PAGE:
duck typing assert
ramit.prasad at jpmorgan.com
Fri Nov 9 18:37:29 CET 2012
Andriy Kornatskyy wrote:
> Thank you for all comments.
> > It makes very good sense to say:
> > duckmatch(IFoo).compare(Foo)
> Since we do duck match of IFoo... but there is no `duck match`, there is `duck test`. I believe instead of
> `compare` is more readable with `equals`. Than it is more from mathematics - precise answer... that you can not
> guarantee at all in dynamic programming language. So it false to use such wording to reflect this check. We can
> only make an assumption that one looks like the other (similar)... with some limitation of cause...
> understanding what is `duck test`.
> The intent is to make such language `construct` so it reads as English sentence that make sense, and not
> mandatory `pythonic` way (readability counts, java smokes aside).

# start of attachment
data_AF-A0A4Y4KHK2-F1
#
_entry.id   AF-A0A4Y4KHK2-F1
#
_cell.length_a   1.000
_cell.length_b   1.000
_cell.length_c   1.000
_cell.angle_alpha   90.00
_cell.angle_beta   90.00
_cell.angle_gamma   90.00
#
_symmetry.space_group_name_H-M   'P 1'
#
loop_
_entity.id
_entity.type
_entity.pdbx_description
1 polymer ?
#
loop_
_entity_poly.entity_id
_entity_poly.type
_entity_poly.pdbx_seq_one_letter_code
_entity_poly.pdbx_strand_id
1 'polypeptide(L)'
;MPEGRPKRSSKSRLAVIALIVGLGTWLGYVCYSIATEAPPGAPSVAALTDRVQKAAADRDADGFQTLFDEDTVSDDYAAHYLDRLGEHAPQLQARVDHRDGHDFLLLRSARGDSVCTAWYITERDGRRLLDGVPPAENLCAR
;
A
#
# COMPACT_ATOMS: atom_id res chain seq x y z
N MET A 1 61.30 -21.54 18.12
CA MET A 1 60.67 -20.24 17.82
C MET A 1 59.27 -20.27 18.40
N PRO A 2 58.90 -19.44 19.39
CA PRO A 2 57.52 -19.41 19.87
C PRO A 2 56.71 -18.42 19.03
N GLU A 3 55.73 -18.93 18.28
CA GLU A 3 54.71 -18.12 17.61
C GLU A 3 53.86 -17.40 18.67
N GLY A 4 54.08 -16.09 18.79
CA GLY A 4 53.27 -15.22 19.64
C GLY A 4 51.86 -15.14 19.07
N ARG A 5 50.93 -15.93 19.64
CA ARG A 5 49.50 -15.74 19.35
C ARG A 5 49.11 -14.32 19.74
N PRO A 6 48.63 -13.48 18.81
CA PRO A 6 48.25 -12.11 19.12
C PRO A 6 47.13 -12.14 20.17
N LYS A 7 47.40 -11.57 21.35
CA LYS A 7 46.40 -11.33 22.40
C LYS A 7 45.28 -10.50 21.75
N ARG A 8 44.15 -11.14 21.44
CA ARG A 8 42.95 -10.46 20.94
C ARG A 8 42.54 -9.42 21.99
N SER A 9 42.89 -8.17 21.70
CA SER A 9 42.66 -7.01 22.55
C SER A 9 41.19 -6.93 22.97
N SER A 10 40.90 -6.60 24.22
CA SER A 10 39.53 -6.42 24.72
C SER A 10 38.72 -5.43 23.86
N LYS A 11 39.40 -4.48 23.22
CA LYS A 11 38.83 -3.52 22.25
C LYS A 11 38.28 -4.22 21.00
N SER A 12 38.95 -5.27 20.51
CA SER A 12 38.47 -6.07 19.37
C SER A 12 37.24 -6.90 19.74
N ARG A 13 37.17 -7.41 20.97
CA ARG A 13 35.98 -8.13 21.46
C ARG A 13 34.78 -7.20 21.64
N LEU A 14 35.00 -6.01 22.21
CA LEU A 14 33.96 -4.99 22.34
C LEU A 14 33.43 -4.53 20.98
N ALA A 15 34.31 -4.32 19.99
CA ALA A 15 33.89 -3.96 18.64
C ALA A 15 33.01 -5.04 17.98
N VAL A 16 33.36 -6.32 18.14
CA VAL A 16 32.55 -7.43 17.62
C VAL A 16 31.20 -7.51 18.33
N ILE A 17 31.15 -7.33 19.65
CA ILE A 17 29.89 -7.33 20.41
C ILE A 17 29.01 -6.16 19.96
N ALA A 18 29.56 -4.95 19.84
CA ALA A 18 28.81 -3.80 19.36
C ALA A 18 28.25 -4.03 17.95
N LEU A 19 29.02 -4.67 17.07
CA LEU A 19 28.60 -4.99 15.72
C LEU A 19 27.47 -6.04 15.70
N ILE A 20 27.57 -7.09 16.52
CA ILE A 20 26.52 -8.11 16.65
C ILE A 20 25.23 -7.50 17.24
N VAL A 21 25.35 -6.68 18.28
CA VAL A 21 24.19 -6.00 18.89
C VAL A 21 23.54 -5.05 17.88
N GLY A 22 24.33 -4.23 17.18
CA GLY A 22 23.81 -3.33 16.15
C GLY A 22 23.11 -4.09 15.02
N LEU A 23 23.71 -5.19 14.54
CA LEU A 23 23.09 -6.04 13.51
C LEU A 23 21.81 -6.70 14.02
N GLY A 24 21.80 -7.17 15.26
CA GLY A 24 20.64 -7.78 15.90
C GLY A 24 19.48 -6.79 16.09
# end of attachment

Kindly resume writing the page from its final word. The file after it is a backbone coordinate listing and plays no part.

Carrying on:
> is_similar(Foo).to(IFoo) # <= but we lost `duck test` sense here?
> Words `looks` and `like` are coming from duck test and point also direction:
> # 1
> looks(Foo).like(IFoo, notice=['__len__'], ignore_funcs=['foo'], ignore_argspec['bar'])
> English sentence equivalent: if functions in Foo looks like one in IFoo than, probably, IFoo can be replaced
> with Foo; notice to check __len__, it is safe to ignore function `foo` and arguments passed to `bar`.
> # 2
> looks(Foo, notice=['__len__'], ignore_funcs=['foo'], ignore_argspec['bar']).like(IFoo)
> English sentence equivalent: while looking at Foo notice to check `__len__`, it is safe to ignore function `foo`
> and arguments passed to `bar`, than probably it like IFoo.
This email is confidential and subject to important disclaimers and
conditions including on offers for the purchase or sale of
securities, accuracy and completeness of information, viruses,
confidentiality, legal privilege, and legal entity disclaimers,
available at http://www.jpmorgan.com/pages/disclosures/email.
More information about the Python-list